And, as they say, “The power of a question lies not so much in the answer but in the state of consciousness that it opens up.”


    I’ve invented a new word: peopleology.  I did it because I wanted to combine sociology and psychology in an unprejudiced way.

    The other words that would have worked perfectly is politics but we’ve sullied that word with the connotation of government and it still doesn’t quite fit.

    So, peopleology: the study of people both singly and collectively.

    Our 800 pound Gorilla

    When I was first in college, back in 1974, the world’s population was 3.6 billion and already considered dangerously large.  At that time there was a growing concern over the limits to growth, pollution, and sustainability.

    Today, in 2014 (forty years later), the population is over 7 billion and generally conceded to be dangerously large.

    And still, today, there is no one willing to talk about controlling the population. 

    The best we get is the “educate the women” dialog which notes that educated women tend to have fewer children. It’s also coupled with the notion that lowering infant mortality will ultimately cause populations to have fewer children.  All this, of course, is mankind’s way of closing its collective eyes and pretending there is no problem even though it’s been over two hundred years since the Reverend Malthus penned his An Essay of the Principle of Population.

    Malthus predicted that because agriculture grew linearly and population grew exponentially, there must ultimately come a point when the population outgrew its food supply and died off through starvation.  Fifty years after he wrote his essay (1798) the Irish lost over half their population to the Great Famine (1845–1852) in a very poignant and tragic example of what happens when a population’s food supply vanishes.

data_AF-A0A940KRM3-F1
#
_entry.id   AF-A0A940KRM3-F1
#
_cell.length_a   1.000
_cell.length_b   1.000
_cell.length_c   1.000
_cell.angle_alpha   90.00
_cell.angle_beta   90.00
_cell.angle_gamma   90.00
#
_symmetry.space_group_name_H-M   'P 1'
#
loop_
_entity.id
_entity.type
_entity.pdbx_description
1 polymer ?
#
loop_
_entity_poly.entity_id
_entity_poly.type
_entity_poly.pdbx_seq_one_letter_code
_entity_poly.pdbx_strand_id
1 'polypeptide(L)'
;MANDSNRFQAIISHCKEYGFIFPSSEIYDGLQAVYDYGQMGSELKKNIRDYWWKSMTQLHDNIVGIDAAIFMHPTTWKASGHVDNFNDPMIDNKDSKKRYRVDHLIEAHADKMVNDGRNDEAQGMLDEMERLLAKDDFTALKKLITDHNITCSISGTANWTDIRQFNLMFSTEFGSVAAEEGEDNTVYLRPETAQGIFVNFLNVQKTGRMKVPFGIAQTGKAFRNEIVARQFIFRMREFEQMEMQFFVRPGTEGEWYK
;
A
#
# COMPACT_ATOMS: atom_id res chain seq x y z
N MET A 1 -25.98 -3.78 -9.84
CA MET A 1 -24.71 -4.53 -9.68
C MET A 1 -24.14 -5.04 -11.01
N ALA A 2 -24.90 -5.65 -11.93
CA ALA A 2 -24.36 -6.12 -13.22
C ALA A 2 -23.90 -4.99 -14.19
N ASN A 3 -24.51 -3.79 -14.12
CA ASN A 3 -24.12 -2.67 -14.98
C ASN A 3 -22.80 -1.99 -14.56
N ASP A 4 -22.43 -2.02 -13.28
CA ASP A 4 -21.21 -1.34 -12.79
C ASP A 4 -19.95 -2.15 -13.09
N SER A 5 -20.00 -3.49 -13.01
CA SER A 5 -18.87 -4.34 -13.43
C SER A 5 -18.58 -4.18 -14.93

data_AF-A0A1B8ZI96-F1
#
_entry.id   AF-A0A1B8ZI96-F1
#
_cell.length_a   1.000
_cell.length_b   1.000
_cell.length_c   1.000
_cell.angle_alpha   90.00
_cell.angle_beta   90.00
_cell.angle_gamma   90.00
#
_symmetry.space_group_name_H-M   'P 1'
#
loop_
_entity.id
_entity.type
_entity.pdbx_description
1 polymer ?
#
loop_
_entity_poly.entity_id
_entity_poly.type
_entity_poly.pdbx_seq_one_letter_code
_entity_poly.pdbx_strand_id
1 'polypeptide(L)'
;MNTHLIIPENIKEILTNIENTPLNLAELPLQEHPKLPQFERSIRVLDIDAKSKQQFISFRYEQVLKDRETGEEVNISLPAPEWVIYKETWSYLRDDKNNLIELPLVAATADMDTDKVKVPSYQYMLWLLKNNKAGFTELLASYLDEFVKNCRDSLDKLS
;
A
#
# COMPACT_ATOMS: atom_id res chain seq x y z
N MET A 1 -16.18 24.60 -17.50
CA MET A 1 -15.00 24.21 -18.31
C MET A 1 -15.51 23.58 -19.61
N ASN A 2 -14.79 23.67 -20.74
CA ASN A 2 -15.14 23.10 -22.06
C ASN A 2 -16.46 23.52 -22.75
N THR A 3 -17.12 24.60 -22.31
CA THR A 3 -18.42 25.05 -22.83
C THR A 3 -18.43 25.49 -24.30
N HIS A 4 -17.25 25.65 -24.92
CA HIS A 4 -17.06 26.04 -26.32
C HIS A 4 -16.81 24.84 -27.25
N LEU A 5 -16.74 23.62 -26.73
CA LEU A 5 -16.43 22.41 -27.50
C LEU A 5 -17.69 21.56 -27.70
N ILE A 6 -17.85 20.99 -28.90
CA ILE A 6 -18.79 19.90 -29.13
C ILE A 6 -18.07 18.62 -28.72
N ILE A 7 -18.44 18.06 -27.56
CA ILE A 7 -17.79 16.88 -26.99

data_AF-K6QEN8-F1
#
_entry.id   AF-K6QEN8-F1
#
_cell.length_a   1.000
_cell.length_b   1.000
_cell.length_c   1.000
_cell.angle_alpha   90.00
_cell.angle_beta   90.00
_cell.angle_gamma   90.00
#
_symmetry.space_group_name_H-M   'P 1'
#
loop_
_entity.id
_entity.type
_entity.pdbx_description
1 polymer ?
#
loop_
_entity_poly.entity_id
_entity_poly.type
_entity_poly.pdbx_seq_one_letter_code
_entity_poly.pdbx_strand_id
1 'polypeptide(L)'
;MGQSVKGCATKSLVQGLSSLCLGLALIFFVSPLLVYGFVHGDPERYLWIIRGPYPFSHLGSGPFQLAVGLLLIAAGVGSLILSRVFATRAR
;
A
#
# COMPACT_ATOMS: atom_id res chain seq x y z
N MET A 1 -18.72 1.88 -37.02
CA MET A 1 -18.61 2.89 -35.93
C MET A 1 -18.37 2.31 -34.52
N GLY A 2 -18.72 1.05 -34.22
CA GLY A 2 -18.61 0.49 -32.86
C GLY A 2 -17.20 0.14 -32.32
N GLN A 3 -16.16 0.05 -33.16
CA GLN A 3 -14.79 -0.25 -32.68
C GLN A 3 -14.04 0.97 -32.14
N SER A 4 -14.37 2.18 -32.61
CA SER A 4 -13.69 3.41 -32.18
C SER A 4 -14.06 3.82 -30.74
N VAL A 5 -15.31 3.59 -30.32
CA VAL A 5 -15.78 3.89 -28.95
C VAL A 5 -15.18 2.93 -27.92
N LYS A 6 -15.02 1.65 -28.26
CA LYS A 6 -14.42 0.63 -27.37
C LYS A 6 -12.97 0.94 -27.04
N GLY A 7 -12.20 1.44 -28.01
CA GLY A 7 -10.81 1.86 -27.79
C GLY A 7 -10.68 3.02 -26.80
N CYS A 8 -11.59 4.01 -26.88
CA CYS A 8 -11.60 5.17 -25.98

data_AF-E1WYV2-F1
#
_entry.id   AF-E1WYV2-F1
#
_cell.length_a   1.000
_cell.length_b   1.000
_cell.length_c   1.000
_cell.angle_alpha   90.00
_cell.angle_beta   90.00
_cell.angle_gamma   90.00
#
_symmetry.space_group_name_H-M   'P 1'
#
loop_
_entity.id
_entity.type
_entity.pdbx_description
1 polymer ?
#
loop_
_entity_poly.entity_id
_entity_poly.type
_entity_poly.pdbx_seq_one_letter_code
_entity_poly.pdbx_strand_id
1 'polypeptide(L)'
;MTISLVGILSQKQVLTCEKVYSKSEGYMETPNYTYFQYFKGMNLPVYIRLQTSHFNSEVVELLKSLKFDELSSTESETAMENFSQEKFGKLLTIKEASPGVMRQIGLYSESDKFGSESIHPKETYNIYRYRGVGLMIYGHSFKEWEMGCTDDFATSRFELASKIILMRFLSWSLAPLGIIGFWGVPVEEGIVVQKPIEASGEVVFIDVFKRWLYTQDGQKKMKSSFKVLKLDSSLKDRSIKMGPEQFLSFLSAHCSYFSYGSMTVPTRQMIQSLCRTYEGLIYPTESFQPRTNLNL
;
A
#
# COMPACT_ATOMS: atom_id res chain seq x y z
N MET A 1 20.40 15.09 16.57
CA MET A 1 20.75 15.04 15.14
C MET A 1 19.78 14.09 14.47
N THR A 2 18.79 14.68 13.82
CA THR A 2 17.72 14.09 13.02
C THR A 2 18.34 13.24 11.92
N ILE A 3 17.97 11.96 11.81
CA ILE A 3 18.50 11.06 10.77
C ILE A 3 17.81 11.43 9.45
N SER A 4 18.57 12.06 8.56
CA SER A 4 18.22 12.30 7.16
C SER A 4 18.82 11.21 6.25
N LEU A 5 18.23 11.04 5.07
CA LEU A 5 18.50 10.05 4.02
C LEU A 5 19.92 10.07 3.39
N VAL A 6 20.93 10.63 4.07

Yet, instead of discussing this problem, the world persists in ignoring it. Only the Chinese, with their harsh restrictions on population, have had the courage to tackle the problem to any degree (and notice how their economy is well on the way to out-performing the rest of the world).

    Here we are dealing with global warming –  a direct result of exploding population –  which is affecting our agriculture worldwide and we still refuse to see the writing on the wall.

    Once again (or, perhaps, still) we refuse to look at population as an issue to be discussed and dealt with (as the Chinese have).  Once again, instead, we are waiting on nature to take its course.


    One of the constants of the computer industry (software and hardware) is that it is an industry built upon the mistakes of others.

    Perhaps the best example of this is Xerox with its famous PARC (Palo Alto Research Center) which involved the mouse, the concept of a pointer and the modern graphical user interface (GUI).

    Steve Jobs saw it, Bill Gates saw it, and both decided to copy and expand upon it.  At the end of the day we got the Mac and Windows.  Xerox, in the meantime, decided not to press on it with it declaring that photocopying would always be their core industry.  j(Give them their due, over twenty years after that mistake and Xerox is still in business.)

    Microsoft is now in the process of becoming the latest large software company to commit hari-kari by stupidity.  They’re doing it with Windows 8 (now 8.1).

    Microsoft is a behemoth and has been for a long time.  Its infighting is legendary (reminiscent of the fighting divisions of GM and of IBM) and its intolerance of its users –  its arrogance –  is much the same.  (It does seem to be a constant that those in industry who would commit suicide must first become blindingly arrogant.)

    With Windows 8, Microsoft has decided to take its desktop operating system and cram it into a cellphone space.  Microsoft is stuck on the “one size fits all” framework and so it will die.

    It’s a pity, too, because with Kinect, Microsoft had a chance to take the desktop and turn it into the interface of the future (and then extend that down into smartphones).  That’s what I was hoping from Windows 8, not this “take it or leave it” tribute to mediocrity (the worst desktop user interface and the worst smartphone interface combined).